Yes, in addition to the Birthers, there’s the “Obama is a Moooslim” crap, and “Obama wants to impoverish us all so that we become dependent on government” stupidity. But again, prove to me that this kind of thinking represents a majority of conservatives who are spouting this nonsense and I will gladly join in the cussing.

8. A right-wing blogosphere that is almost universally dominated by raging hate speech (see: Hot Air, Free Republic, Ace of Spades, etc.)

“Almost universally?” Heh - that’s something a freshman in high school might use in an essay. It’s either “universal” or not. Sorry Charles, back to English composition 101 for you.

As for the rest - not even worth commenting on. Simple sophistry.

9. Anti-Islamic bigotry that goes far beyond simply criticizing radical Islam, into support for fascism, violence, and genocide (see: Pamela Geller, Robert Spencer, etc.)

This is something of which Johnson knows a lot about. I stopped visiting his site 4 years ago because of the nauseating, anti-Muslim bigotry spewing forth in his comments - cataloged many times by those on the left who are currently making him out to be some kind of honest conservative. And Johnson was their greatest enabler, if not inventing, then popularizing the denigrating mongram R.O.P. (Religion of Peace) to describe Islam.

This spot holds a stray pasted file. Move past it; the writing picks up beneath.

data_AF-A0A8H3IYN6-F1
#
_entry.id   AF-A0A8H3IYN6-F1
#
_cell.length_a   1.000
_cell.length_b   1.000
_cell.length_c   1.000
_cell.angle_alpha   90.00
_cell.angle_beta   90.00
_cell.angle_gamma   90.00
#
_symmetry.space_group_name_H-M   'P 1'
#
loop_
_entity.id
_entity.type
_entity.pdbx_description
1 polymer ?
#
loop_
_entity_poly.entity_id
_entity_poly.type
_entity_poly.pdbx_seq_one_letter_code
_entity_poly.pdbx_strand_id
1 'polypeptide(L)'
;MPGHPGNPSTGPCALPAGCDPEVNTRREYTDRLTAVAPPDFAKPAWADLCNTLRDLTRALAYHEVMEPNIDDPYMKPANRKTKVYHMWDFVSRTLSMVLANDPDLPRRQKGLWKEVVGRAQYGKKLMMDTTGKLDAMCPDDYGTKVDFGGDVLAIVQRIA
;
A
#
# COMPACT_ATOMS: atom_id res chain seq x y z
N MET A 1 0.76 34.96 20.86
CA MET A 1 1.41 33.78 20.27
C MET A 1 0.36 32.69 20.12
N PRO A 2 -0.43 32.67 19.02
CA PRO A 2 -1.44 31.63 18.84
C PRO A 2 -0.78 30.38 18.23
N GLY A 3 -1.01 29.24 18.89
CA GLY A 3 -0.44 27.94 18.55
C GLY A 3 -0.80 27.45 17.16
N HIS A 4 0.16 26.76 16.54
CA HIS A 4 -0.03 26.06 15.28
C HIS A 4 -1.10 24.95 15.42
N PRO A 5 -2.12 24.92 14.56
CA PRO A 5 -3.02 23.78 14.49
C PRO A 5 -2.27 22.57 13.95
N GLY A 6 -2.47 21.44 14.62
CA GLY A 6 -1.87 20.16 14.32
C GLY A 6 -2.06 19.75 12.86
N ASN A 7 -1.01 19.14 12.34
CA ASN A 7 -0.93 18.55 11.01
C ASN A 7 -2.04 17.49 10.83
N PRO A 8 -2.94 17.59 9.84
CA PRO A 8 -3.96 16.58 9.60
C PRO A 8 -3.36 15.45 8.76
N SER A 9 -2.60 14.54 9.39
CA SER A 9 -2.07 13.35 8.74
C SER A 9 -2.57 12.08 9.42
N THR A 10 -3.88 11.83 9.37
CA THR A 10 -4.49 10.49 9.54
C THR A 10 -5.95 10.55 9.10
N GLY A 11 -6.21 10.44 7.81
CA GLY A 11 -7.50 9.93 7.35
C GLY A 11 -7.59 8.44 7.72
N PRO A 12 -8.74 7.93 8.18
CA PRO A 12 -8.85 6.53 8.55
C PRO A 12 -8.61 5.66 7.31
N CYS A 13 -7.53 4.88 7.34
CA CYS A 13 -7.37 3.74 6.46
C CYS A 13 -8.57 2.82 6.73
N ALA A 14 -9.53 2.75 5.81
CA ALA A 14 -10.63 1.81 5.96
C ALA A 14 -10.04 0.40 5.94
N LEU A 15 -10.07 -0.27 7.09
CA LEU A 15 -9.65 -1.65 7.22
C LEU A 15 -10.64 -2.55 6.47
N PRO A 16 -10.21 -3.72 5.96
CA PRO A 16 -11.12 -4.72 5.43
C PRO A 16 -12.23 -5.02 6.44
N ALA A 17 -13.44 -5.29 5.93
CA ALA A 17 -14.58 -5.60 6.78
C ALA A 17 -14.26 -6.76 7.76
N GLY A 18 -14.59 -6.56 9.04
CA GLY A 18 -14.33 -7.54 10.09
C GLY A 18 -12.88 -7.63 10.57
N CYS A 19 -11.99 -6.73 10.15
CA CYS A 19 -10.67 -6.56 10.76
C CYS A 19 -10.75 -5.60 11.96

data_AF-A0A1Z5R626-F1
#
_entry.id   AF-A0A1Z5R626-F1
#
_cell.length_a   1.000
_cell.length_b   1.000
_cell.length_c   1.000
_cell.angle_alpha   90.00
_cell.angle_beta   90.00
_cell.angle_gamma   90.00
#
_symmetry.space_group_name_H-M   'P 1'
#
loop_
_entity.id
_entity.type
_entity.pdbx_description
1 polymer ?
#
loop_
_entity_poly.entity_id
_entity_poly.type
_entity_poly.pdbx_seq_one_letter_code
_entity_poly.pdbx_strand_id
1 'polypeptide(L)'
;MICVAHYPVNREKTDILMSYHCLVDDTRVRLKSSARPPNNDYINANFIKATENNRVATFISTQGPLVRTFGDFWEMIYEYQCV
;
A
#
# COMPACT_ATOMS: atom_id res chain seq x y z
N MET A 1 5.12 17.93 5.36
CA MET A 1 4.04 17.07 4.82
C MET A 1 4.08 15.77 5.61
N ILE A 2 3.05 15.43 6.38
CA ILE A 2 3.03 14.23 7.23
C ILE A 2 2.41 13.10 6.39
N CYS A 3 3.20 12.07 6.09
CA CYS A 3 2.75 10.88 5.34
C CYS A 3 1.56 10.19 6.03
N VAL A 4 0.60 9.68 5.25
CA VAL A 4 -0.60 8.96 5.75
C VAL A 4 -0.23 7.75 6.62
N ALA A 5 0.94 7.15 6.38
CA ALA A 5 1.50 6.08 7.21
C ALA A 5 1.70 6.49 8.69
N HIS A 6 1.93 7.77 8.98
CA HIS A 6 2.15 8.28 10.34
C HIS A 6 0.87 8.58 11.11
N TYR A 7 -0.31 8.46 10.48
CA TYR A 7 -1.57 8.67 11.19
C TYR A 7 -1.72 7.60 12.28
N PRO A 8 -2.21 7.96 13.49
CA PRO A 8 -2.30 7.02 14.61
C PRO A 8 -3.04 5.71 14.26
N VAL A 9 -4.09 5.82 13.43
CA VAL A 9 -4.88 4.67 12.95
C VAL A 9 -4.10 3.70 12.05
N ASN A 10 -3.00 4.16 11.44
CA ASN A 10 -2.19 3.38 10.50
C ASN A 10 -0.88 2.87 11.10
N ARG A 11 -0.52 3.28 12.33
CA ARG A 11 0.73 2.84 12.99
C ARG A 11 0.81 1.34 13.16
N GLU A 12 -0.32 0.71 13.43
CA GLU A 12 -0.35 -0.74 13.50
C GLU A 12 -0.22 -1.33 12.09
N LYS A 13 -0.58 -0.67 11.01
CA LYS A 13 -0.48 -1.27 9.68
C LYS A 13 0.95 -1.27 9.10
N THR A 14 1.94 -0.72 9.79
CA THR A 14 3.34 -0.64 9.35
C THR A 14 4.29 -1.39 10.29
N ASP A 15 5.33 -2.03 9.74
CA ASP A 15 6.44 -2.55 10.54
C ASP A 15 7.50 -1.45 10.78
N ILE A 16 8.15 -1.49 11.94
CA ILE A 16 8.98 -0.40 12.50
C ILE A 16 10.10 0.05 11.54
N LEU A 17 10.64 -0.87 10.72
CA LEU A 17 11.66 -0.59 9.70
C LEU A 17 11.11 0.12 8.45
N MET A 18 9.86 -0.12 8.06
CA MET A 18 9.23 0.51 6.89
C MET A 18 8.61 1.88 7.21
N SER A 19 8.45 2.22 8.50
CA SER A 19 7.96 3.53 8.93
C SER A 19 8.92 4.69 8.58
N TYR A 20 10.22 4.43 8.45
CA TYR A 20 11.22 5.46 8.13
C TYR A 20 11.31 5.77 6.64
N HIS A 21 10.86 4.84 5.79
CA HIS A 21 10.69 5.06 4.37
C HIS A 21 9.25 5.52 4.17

How many pictures of Palestinian kids dressed in fatigues and armed with toy guns did Johnson publish, usually with the caption “ROP Child Abuse?” How many 7th century practices of Islam did Johnson mock on his website? How many times did he make fun of women dressed in the chador?

All of this enabled his legions of “Lizardoids,” many of whom felt no compunction in airing their out and out bigotry of Muslims. For Johnson to use this as a reason for “parting ways” with the right is the height of hypocrisy.

10. Hatred for President Obama that goes far beyond simply criticizing his policies, into racism, hate speech, and bizarre conspiracy theories (see: witch doctor pictures, tea parties, Birthers, Michelle Malkin, Fox News, World Net Daily, Newsmax, and every other right wing source)